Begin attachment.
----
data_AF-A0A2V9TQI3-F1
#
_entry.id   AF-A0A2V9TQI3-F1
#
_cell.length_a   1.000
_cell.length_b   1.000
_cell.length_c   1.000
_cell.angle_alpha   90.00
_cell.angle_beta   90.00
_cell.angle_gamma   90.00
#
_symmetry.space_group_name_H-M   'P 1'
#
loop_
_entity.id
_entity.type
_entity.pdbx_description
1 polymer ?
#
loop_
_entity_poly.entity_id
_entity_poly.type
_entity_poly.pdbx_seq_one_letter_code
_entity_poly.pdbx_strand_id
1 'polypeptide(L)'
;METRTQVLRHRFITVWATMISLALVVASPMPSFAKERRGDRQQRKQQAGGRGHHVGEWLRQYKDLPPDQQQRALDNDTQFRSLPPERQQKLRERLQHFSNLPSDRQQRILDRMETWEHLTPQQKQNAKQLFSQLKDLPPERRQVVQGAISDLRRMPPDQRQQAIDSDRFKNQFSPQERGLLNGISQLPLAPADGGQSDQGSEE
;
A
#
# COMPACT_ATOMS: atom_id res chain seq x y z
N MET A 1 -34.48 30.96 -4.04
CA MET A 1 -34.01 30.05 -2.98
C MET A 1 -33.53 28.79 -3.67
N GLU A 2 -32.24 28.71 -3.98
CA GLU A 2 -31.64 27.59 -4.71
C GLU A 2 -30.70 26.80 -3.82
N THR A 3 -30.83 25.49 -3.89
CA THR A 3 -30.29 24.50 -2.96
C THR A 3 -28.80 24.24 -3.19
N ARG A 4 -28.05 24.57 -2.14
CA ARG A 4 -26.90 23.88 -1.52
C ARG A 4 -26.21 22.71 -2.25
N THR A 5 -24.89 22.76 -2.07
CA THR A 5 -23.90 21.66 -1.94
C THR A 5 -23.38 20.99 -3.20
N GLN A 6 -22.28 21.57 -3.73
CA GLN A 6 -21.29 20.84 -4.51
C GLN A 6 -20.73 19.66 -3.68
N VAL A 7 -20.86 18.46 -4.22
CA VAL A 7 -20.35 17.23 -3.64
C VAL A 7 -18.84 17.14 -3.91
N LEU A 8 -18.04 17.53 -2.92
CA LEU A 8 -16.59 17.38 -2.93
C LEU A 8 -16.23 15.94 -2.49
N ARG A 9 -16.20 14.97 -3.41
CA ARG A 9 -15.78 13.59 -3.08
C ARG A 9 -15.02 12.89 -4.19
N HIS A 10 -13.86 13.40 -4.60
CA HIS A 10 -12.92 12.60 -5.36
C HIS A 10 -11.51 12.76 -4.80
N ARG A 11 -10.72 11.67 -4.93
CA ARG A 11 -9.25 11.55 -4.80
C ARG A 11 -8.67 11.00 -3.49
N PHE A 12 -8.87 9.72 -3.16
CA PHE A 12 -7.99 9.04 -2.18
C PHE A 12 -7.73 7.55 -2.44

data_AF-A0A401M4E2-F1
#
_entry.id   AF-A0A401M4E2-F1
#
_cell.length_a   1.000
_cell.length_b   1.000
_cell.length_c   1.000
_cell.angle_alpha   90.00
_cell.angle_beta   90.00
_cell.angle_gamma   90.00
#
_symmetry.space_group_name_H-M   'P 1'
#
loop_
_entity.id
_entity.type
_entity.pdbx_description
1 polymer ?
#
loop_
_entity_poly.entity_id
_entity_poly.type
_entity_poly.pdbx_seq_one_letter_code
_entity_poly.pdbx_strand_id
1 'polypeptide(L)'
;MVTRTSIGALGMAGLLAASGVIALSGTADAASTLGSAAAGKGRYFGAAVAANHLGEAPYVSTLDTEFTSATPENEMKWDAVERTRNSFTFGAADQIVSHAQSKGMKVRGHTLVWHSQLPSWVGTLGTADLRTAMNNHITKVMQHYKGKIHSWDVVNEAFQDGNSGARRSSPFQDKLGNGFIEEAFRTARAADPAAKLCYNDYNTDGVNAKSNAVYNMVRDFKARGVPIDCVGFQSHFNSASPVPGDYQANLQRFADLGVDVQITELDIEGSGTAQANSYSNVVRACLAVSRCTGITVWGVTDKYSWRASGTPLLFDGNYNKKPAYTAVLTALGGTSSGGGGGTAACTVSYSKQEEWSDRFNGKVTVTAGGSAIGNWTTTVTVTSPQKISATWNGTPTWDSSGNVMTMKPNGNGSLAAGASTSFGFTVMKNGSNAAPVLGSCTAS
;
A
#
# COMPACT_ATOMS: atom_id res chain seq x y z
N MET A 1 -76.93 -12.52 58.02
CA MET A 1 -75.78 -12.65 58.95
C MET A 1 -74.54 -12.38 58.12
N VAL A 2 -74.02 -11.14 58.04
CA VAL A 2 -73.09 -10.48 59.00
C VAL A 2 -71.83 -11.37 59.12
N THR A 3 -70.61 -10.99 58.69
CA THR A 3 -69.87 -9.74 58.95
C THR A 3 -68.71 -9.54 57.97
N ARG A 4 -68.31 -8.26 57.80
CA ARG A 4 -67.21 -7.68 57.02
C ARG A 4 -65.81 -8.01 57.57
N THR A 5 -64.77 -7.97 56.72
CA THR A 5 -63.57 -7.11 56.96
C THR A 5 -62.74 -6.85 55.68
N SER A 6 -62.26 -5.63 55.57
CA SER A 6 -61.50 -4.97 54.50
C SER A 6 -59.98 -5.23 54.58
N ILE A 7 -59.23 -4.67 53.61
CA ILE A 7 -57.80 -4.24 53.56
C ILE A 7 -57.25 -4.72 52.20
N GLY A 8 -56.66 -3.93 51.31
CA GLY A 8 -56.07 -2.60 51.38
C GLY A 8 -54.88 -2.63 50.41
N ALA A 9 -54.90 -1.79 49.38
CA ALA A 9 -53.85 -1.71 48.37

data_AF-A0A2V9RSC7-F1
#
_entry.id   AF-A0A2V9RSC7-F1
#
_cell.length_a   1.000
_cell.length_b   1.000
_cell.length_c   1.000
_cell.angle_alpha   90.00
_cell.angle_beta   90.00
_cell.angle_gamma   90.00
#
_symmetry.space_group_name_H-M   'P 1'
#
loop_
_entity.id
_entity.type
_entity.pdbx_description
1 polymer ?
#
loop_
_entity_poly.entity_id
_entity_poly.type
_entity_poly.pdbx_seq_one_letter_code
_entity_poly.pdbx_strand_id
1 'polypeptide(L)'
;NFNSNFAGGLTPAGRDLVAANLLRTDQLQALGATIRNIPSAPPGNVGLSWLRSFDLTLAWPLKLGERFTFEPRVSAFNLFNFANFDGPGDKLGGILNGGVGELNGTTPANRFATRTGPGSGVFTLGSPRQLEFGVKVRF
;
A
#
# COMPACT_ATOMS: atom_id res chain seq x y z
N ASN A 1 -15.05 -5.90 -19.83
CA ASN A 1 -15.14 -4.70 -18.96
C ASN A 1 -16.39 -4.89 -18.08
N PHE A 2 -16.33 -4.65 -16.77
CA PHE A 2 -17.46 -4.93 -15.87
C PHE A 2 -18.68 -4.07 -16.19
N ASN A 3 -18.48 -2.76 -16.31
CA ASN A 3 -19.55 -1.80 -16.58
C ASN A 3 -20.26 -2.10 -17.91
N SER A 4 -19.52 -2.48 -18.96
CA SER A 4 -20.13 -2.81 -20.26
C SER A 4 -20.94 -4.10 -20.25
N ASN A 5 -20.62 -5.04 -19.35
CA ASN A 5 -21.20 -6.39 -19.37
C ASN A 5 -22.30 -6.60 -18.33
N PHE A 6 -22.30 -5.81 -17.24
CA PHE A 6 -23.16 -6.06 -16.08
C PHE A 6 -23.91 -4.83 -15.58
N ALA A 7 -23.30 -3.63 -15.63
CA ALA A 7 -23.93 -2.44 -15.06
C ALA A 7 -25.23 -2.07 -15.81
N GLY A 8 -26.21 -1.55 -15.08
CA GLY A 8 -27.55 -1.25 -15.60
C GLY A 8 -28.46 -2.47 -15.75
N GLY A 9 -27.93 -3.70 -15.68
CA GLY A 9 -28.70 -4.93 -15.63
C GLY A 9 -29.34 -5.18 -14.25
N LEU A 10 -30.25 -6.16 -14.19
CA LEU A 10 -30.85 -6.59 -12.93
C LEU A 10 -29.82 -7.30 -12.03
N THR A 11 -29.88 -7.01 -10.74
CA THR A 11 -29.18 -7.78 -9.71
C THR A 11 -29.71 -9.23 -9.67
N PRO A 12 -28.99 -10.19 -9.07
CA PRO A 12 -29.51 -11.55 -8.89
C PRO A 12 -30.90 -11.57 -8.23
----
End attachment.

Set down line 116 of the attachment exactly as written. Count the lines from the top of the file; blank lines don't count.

CA ILE A 7 -57.80 -4.24 53.56